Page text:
By Christina Moore
“Bowman to Natale.”
The Orion commander of Sanctuary had just sat at her desk, a steaming cup of spearmint tea in her hand. A Trill she had met on the U.S.S. San Francisco, when the Excelsior-class ship had been in the same battle group as the Georgetown, had introduced her to the beverage. Spearmint had a number of equivalents from various planets, Serutian Hale had said, but there was nothing like the herb from Earth. Not when the tea was hot and very lightly sweetened.
Setting the mug down after taking a careful sip, she called out, “Go ahead, Ensign,” in response to the call over the intercom.
“Captain, we’re receiving a priority message from the Trident. They’re reporting an emergency situation aboard ship and that they are holding their present position until the situation is dealt with.”
Synnove Natale tried to think of what Trident’s current mission was, and then she remembered: They had been tasked to transport sixteen Cardassians from Cardassia Prime to the station, though for what purpose was not clear. Admiral Tattok had not given a reason for precisely why they were coming, only that they were.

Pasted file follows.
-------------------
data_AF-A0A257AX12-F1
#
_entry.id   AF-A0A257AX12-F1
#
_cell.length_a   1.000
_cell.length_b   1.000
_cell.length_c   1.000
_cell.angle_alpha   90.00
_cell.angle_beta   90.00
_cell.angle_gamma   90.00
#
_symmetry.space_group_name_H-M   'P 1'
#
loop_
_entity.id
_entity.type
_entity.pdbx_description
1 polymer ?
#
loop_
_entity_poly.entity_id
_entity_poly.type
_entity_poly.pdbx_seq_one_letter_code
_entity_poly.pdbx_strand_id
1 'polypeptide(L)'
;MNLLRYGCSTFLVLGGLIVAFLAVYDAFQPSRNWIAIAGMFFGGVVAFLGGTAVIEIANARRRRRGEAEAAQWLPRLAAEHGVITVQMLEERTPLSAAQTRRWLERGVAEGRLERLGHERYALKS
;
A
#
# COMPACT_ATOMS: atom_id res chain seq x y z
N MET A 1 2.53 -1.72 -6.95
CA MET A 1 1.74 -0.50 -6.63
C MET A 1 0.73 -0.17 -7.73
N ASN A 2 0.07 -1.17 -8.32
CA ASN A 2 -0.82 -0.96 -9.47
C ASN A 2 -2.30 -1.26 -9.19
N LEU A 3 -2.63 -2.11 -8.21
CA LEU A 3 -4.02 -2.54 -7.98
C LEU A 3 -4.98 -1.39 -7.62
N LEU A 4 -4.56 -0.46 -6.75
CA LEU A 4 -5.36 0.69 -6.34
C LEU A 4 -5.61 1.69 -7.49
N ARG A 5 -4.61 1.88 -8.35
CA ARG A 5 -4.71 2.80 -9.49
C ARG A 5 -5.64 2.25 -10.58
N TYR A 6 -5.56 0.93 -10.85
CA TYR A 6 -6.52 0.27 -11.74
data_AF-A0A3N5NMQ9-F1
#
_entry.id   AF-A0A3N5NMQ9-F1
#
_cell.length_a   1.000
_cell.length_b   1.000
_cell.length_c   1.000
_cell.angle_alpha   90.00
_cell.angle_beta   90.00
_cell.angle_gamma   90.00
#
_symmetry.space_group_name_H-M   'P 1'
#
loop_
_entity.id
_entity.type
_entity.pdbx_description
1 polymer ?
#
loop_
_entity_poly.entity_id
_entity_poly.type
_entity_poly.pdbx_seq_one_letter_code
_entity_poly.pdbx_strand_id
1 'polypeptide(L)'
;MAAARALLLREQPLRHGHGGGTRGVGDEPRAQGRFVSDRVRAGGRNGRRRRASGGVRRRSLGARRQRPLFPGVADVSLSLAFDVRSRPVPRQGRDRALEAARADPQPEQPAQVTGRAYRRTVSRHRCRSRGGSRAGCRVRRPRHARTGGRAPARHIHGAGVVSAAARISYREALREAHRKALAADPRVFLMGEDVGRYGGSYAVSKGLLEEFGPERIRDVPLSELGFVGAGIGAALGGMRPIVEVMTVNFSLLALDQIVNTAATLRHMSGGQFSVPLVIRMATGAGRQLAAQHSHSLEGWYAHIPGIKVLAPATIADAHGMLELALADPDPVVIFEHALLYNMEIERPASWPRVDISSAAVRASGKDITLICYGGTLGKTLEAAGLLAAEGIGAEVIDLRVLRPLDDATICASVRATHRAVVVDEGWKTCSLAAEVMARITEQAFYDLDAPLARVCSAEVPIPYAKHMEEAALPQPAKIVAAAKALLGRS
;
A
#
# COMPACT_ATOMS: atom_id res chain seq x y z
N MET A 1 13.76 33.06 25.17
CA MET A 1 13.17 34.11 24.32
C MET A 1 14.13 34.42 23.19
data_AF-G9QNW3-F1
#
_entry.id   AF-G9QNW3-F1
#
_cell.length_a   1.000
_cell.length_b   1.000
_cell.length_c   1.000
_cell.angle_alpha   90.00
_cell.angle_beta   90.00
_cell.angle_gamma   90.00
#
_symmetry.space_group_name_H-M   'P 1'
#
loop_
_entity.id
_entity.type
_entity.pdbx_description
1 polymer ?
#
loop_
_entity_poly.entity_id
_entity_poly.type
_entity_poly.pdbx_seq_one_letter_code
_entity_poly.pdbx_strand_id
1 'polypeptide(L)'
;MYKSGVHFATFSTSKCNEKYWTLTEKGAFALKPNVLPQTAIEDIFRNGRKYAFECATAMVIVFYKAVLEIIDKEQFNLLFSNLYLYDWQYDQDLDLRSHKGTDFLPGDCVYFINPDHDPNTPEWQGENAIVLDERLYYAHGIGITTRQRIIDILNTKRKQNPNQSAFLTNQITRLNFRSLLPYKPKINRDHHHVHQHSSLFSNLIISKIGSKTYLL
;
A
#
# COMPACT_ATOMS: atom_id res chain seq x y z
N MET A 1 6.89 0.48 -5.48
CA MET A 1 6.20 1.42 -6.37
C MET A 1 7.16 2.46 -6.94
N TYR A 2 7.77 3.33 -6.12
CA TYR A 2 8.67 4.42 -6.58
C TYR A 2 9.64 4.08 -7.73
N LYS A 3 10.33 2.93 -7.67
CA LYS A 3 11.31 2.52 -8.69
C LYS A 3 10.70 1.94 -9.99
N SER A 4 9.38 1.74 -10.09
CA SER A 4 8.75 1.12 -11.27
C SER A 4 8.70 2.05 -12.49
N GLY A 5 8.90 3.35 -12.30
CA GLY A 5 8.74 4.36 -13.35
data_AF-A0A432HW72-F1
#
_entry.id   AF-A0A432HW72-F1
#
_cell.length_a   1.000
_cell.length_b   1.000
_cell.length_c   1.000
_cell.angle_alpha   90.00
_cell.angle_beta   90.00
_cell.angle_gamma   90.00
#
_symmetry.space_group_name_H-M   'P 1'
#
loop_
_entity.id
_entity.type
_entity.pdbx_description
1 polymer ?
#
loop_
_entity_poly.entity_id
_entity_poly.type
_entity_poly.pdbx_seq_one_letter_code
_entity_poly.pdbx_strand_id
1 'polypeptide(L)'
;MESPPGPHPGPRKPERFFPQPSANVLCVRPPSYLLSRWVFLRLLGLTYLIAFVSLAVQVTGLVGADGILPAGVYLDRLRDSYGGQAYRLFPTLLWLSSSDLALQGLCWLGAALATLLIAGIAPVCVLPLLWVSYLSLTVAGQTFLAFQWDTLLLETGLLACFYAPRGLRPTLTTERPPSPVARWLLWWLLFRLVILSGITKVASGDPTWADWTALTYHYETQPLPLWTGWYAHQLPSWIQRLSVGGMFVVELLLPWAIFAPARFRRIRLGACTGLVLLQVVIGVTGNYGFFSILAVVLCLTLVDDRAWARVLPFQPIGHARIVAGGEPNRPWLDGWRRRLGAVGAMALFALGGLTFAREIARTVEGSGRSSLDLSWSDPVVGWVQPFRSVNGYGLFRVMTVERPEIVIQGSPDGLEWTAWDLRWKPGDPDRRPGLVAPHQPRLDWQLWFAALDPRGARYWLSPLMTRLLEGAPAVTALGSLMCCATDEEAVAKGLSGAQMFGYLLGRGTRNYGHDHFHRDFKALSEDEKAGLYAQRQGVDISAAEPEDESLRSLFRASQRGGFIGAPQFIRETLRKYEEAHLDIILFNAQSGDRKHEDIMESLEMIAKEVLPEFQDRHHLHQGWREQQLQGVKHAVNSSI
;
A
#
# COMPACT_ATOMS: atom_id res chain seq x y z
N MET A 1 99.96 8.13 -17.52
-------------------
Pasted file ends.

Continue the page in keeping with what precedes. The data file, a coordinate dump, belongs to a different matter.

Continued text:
She really hoped the Cardassians were behaving themselves, but something told her that wish was in vain. When the devil are they going to learn that we just want to help them, that we just want peace? she wondered. Why do they have to make things so bloody difficult?
Stifling a sigh, she said to her Operations officer, “Acknowledge the transmission, Miss Bowman, and advise Captain Kimura that if there is anything we can do to help, we’re standing by to assist.”
“Understood. Bowman out.”
After reaching for her mug and taking another sip of her tea, she keyed a few commands into her monitor and called up the passenger manifest Kimura had copied to her. None of the names were any she recognized. She wished Alok were here, as he would likely have information on the men and women listed—or he could get it—but he was unavailable, having left with the Ireland a week ago to assist with Ensign Sylari’s recovery. She’d have to go with what resources she had.
Tapping her commbadge, she said, “Natale to Kelley, Natale to Kirek. Please report to my office at once.”
Jordan Kelley acknowledged her summons, but Eton Kirek did not—most of the time he didn’t. As annoying as that habit was, she let her Cardassian first officer get by with it only because he appeared regardless of whether he answered or not. The one time she had confronted him, he’d told her there was no point in his wasting breath answering when he was going to show up anyway.
Both men showed up within minutes, with Kirek crossing the threshold of her office as insolently smug as ever.
“What’s up, Captain?” Kelley asked.